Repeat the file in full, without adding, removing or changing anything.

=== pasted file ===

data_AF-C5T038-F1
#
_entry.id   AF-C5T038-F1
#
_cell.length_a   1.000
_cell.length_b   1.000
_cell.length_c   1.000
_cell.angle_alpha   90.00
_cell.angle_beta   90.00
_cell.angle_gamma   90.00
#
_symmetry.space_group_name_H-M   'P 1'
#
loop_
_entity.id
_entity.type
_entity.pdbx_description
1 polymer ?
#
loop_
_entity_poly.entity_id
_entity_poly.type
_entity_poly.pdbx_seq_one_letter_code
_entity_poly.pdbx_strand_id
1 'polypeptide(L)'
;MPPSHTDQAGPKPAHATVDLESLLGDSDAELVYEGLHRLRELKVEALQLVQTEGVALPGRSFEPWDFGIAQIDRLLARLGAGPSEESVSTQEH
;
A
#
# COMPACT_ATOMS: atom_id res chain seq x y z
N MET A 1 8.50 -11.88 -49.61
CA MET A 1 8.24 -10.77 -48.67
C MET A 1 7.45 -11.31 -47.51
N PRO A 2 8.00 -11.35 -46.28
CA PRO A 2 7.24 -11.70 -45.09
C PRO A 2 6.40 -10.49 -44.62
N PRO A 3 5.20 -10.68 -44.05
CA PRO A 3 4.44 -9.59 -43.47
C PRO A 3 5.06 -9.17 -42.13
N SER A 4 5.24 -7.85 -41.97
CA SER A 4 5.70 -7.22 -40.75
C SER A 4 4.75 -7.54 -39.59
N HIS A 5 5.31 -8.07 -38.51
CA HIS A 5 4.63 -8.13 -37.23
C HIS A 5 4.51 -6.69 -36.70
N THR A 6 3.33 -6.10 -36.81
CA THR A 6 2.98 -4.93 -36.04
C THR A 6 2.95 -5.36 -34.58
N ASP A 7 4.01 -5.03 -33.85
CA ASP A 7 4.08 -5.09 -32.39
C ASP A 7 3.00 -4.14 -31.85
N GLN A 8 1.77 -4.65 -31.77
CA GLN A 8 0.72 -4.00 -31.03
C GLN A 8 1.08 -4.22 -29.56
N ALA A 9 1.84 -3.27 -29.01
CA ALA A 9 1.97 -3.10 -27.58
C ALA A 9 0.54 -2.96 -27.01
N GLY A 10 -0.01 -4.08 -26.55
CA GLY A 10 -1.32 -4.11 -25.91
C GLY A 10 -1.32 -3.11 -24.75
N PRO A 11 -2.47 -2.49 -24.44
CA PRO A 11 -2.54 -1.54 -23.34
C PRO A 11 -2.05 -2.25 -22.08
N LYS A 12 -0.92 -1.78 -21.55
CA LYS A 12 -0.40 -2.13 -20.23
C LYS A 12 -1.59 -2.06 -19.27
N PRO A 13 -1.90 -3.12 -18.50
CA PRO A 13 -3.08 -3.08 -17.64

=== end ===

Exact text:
data_AF-C5T038-F1
#
_entry.id   AF-C5T038-F1
#
_cell.length_a   1.000
_cell.length_b   1.000
_cell.length_c   1.000
_cell.angle_alpha   90.00
_cell.angle_beta   90.00
_cell.angle_gamma   90.00
#
_symmetry.space_group_name_H-M   'P 1'
#
loop_
_entity.id
_entity.type
_entity.pdbx_description
1 polymer ?
#
loop_
_entity_poly.entity_id
_entity_poly.type
_entity_poly.pdbx_seq_one_letter_code
_entity_poly.pdbx_strand_id
1 'polypeptide(L)'
;MPPSHTDQAGPKPAHATVDLESLLGDSDAELVYEGLHRLRELKVEALQLVQTEGVALPGRSFEPWDFGIAQIDRLLARLGAGPSEESVSTQEH
;
A
#
# COMPACT_ATOMS: atom_id res chain seq x y z
N MET A 1 8.50 -11.88 -49.61
CA MET A 1 8.24 -10.77 -48.67
C MET A 1 7.45 -11.31 -47.51
N PRO A 2 8.00 -11.35 -46.28
CA PRO A 2 7.24 -11.70 -45.09
C PRO A 2 6.40 -10.49 -44.62
N PRO A 3 5.20 -10.68 -44.05
CA PRO A 3 4.44 -9.59 -43.47
C PRO A 3 5.06 -9.17 -42.13
N SER A 4 5.24 -7.85 -41.97
CA SER A 4 5.70 -7.22 -40.75
C SER A 4 4.75 -7.54 -39.59
N HIS A 5 5.31 -8.07 -38.51
CA HIS A 5 4.63 -8.13 -37.23
C HIS A 5 4.51 -6.69 -36.70
N THR A 6 3.33 -6.10 -36.81
CA THR A 6 2.98 -4.93 -36.04
C THR A 6 2.95 -5.36 -34.58
N ASP A 7 4.01 -5.03 -33.85
CA ASP A 7 4.08 -5.09 -32.39
C ASP A 7 3.00 -4.14 -31.85
N GLN A 8 1.77 -4.65 -31.77
CA GLN A 8 0.72 -4.00 -31.03
C GLN A 8 1.08 -4.22 -29.56
N ALA A 9 1.84 -3.27 -29.01
CA ALA A 9 1.97 -3.10 -27.58
C ALA A 9 0.54 -2.96 -27.01
N GLY A 10 -0.01 -4.08 -26.55
CA GLY A 10 -1.32 -4.11 -25.91
C GLY A 10 -1.32 -3.11 -24.75
N PRO A 11 -2.47 -2.49 -24.44
CA PRO A 11 -2.54 -1.54 -23.34
C PRO A 11 -2.05 -2.25 -22.08
N LYS A 12 -0.92 -1.78 -21.55
CA LYS A 12 -0.40 -2.13 -20.23
C LYS A 12 -1.59 -2.06 -19.27
N PRO A 13 -1.90 -3.12 -18.50
CA PRO A 13 -3.08 -3.08 -17.64